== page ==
Kyoko Sato hit bottom soon after arriving in New York in 2002 to be with the man who was to become her husband (since divorced). “I had been able to work freely in Japanese society, so I really suffered when I came (to the States) since I couldn’t do that anymore,” she says. “I had really loved my job in Japan, so it was tough; I wondered if I had made a stupid decision.”
In the three long, difficult years until she received her green card in 2005, Sato says, “I couldn’t work and felt I was gradually losing all my energy.”
That energy had been considerable. A graduate of Waseda University’s School of Literature, where she studied art history, Sato entered the NHK group after graduation. Assigned to manage an exhibition on the culture and art of the Jomon Period (10,000-200 B.C.), she memorized every detail of the nearly 1,000 pieces, including in some cases the phone numbers of the owners, and became known to her team as a “walking CD-ROM.”
Transferring to NHK Enterprises, NHK’s program production and sales arm, in 1999 at age 27, Sato was able to work in another field of interest: fashion. As producer on a launch project for Omotesando Collections, a major beauty and fashion event, she collaborated with top stylists and other leaders in the fashion world. “It was a wonderful experience and gave me a lot of confidence,” she recalls. “I began to dream of a bigger world – Tokyo felt too small. That was the reason I decided to go to New York.”
After obtaining her green card, Sato had a fortuitous encounter with her former boss in the NHK group, who was working on cultural projects for the Asahi Shimbun newspaper. “She asked me to help her and, through that job, I made contacts with museums and major private collectors all over America,” Sato says. One result: “Ancient Egyptian Queens and Goddesses: Treasures from The Metropolitan Museum of Art, New York,” an exhibition that Sato helped organize and brought to the Tokyo Metropolitan Art Museum and the Kobe City Museum in 2014. “It took a total of seven years, beginning with negotiations with the museums,” she says. “I just keep beavering away at it with the Japanese expression ‘keizoku wa chikara nari‘ (slow and steady wins the race) as my motto.” It was, she adds, “my biggest accomplishment to date.”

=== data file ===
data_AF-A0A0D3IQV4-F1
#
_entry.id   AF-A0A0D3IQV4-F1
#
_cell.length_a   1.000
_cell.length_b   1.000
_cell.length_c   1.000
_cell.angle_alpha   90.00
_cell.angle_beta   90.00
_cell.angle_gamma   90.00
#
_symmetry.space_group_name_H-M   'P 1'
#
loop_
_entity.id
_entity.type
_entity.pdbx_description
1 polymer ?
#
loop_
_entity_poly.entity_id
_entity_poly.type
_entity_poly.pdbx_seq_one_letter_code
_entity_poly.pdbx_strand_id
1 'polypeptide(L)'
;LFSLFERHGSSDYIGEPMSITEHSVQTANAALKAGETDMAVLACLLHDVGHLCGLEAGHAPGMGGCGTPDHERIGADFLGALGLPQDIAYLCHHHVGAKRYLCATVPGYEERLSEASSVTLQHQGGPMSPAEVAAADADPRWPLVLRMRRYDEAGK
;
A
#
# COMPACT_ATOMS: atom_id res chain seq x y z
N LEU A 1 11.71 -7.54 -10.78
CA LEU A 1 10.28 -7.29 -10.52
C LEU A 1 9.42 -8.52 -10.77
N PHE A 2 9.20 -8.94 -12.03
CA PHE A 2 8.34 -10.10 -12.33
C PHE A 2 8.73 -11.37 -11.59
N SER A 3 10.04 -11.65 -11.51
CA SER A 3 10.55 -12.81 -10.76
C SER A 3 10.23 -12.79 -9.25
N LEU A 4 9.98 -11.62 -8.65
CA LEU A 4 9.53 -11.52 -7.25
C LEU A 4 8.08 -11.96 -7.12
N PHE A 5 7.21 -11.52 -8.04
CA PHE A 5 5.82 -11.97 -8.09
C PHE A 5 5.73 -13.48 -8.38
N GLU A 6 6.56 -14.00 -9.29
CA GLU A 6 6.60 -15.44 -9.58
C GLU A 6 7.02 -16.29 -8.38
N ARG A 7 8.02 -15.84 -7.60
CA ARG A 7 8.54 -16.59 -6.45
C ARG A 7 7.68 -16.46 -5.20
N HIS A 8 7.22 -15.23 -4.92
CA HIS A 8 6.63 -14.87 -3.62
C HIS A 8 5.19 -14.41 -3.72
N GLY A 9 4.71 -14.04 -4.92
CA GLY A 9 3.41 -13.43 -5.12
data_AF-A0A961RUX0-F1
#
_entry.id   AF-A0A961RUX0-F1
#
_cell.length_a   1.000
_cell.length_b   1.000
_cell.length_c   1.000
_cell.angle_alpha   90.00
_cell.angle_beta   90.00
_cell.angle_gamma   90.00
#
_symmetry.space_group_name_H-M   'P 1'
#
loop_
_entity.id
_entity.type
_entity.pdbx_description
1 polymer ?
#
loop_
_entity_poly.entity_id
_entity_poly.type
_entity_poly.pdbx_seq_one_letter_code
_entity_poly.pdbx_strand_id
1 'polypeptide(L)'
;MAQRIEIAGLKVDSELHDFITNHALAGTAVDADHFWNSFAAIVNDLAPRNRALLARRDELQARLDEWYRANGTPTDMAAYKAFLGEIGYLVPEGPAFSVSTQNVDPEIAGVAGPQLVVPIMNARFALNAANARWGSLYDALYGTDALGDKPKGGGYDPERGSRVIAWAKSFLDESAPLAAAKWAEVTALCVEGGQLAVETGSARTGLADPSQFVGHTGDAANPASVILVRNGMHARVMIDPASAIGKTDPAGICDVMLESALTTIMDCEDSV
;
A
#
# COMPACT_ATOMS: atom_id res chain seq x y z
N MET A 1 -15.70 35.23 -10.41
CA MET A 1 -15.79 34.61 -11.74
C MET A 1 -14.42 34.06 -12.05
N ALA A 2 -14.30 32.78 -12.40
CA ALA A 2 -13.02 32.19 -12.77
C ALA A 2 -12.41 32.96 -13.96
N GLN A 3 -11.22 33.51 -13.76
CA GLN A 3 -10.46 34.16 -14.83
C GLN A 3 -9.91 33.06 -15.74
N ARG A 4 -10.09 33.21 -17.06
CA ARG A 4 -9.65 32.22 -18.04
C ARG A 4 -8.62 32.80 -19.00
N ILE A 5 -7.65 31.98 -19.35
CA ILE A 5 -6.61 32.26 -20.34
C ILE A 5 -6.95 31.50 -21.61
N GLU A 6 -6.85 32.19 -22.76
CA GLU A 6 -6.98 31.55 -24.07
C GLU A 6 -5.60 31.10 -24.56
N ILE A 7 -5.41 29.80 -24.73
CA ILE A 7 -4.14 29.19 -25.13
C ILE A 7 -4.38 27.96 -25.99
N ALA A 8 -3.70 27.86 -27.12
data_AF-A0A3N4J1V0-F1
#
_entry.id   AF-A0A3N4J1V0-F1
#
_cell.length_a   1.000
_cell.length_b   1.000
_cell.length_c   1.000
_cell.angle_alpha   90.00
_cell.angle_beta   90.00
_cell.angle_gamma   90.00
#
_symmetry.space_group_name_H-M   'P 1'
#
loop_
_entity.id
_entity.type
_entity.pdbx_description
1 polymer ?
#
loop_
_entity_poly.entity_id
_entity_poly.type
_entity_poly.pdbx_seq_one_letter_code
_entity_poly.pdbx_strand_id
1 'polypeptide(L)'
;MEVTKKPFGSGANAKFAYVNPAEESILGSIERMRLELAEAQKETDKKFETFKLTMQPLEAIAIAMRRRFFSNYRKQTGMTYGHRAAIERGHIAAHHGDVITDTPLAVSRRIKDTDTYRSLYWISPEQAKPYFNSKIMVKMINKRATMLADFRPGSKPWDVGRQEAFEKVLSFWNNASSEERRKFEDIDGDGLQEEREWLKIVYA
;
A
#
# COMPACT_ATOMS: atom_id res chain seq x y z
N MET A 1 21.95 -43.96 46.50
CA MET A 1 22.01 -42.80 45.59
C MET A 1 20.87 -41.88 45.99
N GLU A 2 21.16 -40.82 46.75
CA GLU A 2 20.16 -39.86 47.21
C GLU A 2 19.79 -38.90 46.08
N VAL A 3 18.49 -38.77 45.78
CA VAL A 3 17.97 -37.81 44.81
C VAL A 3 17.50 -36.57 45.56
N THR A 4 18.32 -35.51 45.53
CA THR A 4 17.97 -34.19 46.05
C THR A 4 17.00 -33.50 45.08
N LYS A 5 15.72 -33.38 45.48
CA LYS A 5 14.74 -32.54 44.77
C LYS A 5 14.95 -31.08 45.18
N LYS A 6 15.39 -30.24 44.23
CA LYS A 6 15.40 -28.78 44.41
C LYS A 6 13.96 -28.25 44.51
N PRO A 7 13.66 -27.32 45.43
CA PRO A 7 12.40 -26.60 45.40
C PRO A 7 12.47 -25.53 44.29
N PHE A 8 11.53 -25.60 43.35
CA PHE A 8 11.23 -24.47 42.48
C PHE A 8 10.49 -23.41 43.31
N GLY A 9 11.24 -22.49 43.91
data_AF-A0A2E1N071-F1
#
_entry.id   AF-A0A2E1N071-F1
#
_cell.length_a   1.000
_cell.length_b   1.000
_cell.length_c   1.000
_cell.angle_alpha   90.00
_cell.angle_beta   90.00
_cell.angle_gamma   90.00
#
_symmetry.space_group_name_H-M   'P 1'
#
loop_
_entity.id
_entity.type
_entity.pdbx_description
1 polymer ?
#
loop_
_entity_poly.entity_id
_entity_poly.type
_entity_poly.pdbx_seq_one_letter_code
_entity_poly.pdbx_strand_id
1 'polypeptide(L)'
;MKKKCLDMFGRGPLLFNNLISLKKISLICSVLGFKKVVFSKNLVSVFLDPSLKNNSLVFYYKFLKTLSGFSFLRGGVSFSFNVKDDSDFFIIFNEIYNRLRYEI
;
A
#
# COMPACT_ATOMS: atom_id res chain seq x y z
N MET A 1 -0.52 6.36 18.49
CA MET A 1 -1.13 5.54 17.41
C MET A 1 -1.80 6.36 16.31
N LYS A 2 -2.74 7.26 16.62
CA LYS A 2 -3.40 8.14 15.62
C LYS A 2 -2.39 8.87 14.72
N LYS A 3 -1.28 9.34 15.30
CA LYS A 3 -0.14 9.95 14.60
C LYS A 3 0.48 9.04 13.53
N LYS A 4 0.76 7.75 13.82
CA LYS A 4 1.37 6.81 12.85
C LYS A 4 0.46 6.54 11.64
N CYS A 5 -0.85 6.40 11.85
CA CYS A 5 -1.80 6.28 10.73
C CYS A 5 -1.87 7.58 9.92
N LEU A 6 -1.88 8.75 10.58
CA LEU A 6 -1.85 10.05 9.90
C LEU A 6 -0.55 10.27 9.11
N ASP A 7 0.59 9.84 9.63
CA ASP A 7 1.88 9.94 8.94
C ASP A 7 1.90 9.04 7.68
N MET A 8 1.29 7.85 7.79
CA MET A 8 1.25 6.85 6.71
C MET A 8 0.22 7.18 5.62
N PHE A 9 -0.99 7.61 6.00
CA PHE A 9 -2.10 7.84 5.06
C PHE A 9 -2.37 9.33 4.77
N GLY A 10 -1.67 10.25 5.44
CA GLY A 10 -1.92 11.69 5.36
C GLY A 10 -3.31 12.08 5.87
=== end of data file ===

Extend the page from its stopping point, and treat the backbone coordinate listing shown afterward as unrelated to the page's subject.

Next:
Another turning point was the Great East Japan Earthquake that devastated the Tohoku region in northern Japan on March 11, 2011. Sato curated an exhibition of photographs documenting the lives of victims in the disaster area for the Nippon Club in New York. “I wanted to do whatever little I could to help Japan,” she says. Sato followed up with a similarly themed exhibition last year. Some of the photographs are now housed in the permanent collections of the International Center of Photography.
Still another professional milestone was the first exhibition of contemporary art that she curated in 2014 for the Nippon Gallery in New York. “The gallery director was a senior of mine at Waseda,” Sato says. “She asked me if I had a plan for an exhibition and used the one I proposed.”
Sato has since organized several contemporary art shows for galleries in New York, including Waterfall Mansion & Gallery on the Upper East Side. Among the artists who have exhibited there, from November 2016 to March of this year, is 32-year-old Miwa Komatsu, whose work is inspired by Shinto spiritualism and Japanese mythology, vividly expressed in everything from copperplate drawings and gold-leaf-based paintings to porcelain figurines. “I’m attracted to artists with energy,” Sato says. “Hers is something unique.”
Sato’s own interest in art developed early, when she was a child in Costa Rica where her businessman father was assigned. “I collected the ukiyo-e cards that came with packages of Nagatanien topping for ochazuke (green tea poured over rice),” she says. “That’s how I learned the works of (Toshusai) Sharaku and (Utagawa) Hiroshige.”